Susan Gearhart, our market specialist based out of Texas, concurs. Everyone has plenty of concerns on their minds right now from kids to supply issues, so let them vent a bit, she says. Keep it personal and remember that they’re human too and experiencing the same things you are.
Stephens also advises to keep your candor. “It’s appreciated,” he says.
Tip 3: Put your best foot forward.
That is: get dressed and actually put shoes on. “Get up every day as if you were going into the office,” Gearhart says. Stephens also finds it helpful to put shoes on — even if it’s to walk down the hall to your office, dining table or the corner space you’ve carved out for yourself. “It helps me stick to normal rhythms,” he says.
While sweatpants are comfy, normal work clothes can help imbue confidence into what you do and delineate between your work time and your off-the-clock time.
Not yet a HomeSphere partner?
HomeSphere manufacturer partners have access to the largest community of home builders in the United States.
Tip 4: Do what you can.
Even though face-to-face meetings have largely stopped, there are still plenty of ways to stay productive while at home. So, you can’t hop in your car with the best sales material in hand, but you can set up a virtual meeting and email your assets to contacts.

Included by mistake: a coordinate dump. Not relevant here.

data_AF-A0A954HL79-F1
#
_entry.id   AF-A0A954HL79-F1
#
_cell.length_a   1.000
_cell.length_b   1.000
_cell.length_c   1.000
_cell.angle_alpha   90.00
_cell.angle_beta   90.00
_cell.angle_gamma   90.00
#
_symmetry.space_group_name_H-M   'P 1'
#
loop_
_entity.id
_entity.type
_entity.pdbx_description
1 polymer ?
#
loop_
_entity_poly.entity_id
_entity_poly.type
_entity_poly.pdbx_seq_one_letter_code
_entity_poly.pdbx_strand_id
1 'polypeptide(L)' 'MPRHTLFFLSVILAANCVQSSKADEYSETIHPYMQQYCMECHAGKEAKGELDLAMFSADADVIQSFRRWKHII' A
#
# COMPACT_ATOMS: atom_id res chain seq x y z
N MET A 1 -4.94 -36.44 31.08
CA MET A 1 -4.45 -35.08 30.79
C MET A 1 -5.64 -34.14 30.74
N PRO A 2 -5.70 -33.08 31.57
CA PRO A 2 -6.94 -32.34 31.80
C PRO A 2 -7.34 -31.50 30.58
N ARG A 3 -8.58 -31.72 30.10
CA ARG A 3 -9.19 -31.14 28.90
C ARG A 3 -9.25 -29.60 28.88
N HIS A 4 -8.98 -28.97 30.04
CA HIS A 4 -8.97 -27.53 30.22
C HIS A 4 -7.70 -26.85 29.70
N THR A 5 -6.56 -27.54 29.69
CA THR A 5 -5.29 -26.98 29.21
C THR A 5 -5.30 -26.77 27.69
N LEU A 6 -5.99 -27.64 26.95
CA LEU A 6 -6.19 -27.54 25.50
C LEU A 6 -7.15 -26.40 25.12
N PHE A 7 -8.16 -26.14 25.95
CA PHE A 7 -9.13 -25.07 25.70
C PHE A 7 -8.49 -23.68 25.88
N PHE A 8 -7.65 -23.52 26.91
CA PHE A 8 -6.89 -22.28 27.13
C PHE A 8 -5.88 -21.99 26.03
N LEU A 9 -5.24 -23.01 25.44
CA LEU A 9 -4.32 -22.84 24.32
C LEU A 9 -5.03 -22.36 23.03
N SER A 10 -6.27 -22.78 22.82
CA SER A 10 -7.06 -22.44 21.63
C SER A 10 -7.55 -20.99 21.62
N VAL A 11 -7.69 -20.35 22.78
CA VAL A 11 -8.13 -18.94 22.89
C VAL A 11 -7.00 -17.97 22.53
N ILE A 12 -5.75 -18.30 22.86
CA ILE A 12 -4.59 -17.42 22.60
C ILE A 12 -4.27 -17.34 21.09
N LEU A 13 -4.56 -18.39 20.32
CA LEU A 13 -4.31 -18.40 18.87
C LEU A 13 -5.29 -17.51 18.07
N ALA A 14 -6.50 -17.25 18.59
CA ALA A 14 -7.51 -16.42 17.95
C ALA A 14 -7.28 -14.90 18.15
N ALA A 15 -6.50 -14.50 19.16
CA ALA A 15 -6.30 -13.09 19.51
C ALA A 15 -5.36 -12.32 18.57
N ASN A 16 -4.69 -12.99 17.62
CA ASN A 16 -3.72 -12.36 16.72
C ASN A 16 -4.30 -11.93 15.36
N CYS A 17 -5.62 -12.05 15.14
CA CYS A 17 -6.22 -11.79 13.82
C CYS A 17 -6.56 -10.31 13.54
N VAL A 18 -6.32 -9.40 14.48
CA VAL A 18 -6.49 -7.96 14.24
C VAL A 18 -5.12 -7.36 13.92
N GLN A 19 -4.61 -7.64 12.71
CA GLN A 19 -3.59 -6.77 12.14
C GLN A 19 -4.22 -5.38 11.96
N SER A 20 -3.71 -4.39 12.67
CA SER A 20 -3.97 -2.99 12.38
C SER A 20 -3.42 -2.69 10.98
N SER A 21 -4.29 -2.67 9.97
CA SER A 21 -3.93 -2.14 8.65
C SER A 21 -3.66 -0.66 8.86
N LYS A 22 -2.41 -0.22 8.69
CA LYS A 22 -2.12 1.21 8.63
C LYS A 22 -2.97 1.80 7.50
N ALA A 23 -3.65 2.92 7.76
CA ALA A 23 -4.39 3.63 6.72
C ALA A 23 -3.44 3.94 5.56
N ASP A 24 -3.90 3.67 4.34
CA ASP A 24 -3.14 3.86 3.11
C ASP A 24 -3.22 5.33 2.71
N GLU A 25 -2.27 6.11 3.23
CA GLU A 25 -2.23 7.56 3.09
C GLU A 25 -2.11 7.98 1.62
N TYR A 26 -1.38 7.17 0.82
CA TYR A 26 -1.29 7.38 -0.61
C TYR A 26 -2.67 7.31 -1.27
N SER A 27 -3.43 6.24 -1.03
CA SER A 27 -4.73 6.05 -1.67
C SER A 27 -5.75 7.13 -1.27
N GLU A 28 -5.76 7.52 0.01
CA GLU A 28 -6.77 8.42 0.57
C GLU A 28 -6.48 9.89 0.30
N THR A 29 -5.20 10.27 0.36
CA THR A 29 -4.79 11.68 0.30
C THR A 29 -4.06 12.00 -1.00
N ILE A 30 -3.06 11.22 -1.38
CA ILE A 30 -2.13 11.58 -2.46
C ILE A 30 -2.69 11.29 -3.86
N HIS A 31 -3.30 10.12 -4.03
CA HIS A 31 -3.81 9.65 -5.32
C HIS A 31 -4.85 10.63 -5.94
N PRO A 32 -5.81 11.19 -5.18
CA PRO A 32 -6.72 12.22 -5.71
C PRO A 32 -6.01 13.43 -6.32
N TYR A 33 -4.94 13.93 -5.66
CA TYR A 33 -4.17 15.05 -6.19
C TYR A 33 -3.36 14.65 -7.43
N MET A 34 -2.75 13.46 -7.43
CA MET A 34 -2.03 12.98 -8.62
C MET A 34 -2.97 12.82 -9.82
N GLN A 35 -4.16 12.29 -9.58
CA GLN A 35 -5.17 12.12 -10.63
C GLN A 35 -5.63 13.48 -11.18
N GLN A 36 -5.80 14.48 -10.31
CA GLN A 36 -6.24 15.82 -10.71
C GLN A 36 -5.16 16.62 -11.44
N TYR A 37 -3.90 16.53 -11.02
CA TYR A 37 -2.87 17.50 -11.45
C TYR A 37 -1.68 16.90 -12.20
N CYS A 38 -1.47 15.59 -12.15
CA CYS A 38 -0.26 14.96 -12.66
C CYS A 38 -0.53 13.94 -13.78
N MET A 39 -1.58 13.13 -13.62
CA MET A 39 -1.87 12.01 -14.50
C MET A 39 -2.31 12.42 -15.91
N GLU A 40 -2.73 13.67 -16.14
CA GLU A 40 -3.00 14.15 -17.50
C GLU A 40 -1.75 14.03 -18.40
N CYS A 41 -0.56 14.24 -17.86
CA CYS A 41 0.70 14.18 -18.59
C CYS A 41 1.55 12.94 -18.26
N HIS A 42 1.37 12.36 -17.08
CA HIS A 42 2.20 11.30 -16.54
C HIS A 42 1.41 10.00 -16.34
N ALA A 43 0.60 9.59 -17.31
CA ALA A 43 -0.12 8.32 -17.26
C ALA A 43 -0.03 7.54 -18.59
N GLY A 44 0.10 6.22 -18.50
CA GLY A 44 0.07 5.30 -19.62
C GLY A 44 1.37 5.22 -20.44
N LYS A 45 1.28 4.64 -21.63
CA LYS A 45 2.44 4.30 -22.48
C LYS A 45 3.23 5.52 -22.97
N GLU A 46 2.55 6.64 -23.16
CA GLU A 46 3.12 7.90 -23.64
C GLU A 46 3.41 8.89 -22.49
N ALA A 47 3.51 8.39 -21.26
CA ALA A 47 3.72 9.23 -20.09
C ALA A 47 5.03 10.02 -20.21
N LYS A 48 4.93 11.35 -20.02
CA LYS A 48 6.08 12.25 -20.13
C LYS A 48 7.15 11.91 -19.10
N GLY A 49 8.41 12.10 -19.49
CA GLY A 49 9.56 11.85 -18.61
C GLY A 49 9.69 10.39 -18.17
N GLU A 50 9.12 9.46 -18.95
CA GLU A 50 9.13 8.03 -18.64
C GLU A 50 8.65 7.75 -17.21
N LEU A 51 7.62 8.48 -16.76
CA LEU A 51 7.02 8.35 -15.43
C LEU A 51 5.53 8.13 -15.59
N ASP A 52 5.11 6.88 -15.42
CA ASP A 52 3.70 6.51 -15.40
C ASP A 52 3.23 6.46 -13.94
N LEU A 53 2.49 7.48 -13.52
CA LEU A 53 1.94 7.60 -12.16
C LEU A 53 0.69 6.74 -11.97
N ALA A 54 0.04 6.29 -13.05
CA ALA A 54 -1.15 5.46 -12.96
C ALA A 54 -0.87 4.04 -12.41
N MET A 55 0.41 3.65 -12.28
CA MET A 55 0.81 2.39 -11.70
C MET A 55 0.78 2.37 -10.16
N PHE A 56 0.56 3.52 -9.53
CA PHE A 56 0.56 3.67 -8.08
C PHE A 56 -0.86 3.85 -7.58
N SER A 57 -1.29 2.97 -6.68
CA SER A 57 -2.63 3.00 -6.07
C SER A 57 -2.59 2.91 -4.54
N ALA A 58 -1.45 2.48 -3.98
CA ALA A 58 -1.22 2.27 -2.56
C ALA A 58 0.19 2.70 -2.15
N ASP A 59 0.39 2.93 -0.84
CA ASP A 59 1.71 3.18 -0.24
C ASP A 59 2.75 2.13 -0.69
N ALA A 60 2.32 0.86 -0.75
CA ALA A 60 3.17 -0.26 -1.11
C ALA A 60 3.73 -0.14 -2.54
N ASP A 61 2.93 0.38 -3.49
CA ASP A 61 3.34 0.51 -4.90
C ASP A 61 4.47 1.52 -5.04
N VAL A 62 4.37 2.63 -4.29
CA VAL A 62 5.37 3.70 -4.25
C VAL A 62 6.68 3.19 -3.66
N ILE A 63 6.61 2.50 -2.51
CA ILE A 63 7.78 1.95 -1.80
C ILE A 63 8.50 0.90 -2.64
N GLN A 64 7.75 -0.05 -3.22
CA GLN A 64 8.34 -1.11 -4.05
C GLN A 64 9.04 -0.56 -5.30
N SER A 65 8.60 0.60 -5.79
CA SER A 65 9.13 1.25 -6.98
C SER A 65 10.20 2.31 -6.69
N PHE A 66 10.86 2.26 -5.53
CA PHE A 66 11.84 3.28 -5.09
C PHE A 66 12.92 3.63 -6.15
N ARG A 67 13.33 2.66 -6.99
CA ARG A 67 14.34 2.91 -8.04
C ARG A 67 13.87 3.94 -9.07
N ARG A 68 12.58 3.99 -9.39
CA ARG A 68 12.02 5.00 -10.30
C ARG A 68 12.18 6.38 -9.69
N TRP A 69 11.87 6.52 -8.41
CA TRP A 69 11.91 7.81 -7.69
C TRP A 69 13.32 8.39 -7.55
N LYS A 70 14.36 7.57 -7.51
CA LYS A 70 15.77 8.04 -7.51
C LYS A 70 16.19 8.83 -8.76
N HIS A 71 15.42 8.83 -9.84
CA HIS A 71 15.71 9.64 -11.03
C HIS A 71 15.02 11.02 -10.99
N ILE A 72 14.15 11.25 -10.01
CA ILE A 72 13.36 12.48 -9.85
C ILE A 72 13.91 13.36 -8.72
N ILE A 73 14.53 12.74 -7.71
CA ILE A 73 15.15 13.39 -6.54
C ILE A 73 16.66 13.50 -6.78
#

You can also take advantage of the fact that lots of people are also working from home too and “hit your lists,” as Ott puts it.
That includes reaching out to new builder prospects and looking for opportunities with existing customers. There’s nothing wrong with just checking in and seeing how they're doing.
Inside Tip for HomeSphere Partners
Use HomeSphere-IQ to identify new builder opportunities based on who’s most likely to use your products. Additionally, determine which of your existing customers are due for more one-on-one engagement based on their brand usage history. Want a tutorial? Let us know.
Tip 5: Think in positives.